The Biden administration unveiled a new plan on Tuesday to improve the nation's understanding of long COVID and to better prevent, detect, and treat the condition, particularly in hard-hit communities.
"Long COVID is real, and there is still so much we don't know about it," said Department of Health and Human Services (HHS) Secretary Xavier Becerra during a White House COVID-19 Response Team briefing.
Millions of Americans may be affected by lingering symptoms of an acute COVID-19 infection, with symptoms ranging from labored breathing to an irregular heartbeat to serious neurological symptoms or mental health problems.
HHS will lead a government-wide response to long COVID, Becerra said, with a new research agenda focused on three core goals: improving care, enhancing outreach and education, and advancing research. HHS will oversee the development of an interagency National Research Action Plan on Long COVID, with input from the Department of Defense and Veterans Administration, among other government entities, as well as from public and private efforts focused on long COVID.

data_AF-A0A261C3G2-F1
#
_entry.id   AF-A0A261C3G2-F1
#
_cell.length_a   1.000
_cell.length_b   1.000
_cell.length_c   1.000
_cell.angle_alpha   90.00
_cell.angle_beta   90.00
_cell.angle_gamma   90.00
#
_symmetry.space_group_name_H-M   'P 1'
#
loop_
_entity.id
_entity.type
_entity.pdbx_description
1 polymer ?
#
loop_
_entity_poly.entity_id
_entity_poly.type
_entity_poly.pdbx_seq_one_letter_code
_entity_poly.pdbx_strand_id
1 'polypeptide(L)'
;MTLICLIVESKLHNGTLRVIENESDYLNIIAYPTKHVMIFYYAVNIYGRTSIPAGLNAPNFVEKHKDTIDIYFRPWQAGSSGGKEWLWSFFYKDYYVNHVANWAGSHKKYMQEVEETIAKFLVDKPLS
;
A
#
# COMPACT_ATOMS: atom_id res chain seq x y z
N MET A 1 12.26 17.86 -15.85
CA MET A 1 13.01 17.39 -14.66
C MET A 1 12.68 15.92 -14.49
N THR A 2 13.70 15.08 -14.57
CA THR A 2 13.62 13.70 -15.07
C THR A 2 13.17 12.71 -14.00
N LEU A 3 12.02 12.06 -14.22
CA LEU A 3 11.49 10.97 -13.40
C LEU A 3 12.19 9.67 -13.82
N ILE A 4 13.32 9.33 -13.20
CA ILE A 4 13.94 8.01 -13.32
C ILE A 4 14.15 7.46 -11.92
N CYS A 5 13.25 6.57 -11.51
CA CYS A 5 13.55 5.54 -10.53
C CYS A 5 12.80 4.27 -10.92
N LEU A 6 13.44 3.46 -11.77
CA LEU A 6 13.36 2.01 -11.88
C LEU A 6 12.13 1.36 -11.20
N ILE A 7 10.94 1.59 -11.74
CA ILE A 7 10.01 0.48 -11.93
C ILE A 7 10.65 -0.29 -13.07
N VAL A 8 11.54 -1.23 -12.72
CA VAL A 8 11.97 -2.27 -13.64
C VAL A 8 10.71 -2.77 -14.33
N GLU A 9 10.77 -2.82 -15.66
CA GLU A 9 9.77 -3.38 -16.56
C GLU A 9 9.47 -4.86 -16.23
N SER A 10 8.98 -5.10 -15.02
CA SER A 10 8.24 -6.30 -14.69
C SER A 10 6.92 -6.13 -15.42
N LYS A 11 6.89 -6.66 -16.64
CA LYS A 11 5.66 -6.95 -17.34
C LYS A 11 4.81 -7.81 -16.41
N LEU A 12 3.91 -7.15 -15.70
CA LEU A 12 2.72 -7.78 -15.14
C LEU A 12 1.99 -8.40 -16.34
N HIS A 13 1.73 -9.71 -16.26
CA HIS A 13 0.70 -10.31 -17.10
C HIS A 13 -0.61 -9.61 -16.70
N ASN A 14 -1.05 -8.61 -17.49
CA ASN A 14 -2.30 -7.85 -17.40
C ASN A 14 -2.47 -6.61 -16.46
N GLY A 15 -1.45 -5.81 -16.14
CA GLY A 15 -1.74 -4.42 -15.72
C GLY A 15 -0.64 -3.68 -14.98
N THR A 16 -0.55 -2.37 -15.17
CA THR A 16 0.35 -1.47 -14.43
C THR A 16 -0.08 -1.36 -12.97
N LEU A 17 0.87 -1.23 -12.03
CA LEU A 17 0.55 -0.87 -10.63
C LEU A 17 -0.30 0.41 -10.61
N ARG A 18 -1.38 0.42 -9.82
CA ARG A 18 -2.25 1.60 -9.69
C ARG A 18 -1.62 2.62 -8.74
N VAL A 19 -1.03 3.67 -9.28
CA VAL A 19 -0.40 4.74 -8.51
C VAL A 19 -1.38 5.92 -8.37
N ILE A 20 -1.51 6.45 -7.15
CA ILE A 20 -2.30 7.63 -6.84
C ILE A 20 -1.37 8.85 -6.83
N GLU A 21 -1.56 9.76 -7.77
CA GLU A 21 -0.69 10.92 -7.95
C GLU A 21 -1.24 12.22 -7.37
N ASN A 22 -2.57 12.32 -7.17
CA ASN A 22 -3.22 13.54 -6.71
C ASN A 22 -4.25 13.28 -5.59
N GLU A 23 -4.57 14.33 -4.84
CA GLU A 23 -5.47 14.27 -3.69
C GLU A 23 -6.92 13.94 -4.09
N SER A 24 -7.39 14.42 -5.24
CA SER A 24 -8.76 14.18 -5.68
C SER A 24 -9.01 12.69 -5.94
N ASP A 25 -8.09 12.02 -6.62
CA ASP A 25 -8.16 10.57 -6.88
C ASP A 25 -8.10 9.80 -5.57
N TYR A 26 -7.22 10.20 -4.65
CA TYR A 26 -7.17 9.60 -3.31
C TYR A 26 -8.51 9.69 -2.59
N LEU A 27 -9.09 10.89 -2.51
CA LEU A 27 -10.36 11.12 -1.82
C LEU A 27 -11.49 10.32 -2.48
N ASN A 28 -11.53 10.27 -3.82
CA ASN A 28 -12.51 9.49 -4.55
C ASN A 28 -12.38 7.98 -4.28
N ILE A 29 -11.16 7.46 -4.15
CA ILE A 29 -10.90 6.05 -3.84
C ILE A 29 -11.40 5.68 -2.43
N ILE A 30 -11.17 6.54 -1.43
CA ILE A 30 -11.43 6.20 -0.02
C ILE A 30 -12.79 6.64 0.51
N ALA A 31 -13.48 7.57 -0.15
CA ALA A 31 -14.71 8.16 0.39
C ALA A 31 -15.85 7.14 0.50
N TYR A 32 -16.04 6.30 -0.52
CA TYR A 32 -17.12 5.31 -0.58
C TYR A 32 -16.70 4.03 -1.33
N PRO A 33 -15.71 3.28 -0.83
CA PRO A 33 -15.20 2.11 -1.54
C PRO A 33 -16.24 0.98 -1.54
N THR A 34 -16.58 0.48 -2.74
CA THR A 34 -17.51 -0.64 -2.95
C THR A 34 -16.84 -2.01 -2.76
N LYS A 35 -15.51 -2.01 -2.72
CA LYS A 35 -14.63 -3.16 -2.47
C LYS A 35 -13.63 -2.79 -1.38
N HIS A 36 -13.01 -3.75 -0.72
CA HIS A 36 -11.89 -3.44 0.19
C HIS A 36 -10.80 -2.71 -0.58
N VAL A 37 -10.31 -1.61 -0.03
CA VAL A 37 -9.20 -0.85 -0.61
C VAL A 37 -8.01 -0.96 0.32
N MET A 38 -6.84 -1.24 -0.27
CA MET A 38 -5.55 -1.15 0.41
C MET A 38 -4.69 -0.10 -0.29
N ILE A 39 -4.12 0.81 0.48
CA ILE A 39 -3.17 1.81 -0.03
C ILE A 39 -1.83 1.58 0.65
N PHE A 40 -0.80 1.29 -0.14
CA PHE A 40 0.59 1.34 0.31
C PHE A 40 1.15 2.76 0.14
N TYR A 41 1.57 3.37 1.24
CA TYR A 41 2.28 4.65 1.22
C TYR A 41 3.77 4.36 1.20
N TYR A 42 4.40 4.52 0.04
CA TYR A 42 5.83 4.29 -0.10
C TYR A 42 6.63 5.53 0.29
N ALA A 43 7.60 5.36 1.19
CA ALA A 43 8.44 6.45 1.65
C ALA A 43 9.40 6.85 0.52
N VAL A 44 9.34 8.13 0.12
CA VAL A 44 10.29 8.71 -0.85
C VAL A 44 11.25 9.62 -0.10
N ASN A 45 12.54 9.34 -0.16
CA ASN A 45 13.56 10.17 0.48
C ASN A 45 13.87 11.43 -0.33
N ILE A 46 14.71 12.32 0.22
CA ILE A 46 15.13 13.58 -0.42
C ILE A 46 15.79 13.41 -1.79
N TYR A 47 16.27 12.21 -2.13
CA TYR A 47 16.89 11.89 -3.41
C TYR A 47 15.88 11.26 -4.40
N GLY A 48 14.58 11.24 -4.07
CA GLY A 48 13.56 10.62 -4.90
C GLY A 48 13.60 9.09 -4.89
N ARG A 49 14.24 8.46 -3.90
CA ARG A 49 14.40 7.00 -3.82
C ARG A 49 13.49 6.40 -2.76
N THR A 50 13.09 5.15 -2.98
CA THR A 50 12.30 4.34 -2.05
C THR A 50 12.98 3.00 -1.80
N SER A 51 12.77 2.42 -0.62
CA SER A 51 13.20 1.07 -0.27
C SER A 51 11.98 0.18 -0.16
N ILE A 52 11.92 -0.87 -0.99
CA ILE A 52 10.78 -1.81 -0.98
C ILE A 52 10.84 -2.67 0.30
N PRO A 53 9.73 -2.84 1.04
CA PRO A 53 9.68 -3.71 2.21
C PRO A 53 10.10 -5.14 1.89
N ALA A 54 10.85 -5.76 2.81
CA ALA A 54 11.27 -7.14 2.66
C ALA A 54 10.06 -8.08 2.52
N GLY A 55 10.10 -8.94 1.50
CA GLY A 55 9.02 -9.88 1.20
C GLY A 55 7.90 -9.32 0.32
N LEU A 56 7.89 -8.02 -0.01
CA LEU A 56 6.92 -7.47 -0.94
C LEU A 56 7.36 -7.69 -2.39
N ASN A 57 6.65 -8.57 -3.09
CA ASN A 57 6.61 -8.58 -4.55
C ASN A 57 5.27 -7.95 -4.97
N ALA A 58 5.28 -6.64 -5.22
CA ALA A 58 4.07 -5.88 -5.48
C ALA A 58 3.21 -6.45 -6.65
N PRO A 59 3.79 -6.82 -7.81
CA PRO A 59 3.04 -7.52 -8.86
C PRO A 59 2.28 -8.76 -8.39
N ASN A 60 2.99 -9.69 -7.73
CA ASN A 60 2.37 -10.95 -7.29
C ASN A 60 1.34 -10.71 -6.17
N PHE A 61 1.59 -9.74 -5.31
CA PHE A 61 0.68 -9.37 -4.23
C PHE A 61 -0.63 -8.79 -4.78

In addition to establishing an action plan, President Biden issued a memorandum that calls on the HHS Secretary to publish a report that would steer people with long COVID to services available from various federal agencies, as well as those experiencing a COVID-related loss and those dealing with pandemic-related mental health and substance use problems, with particular attention to "high-risk communities."
Tuesday's announcement and memorandum stem in part from recommendations of the Presidential COVID-19 Health Equity Task Force. Other efforts by the administration to address long COVID detailed in a White House fact sheet included the following:
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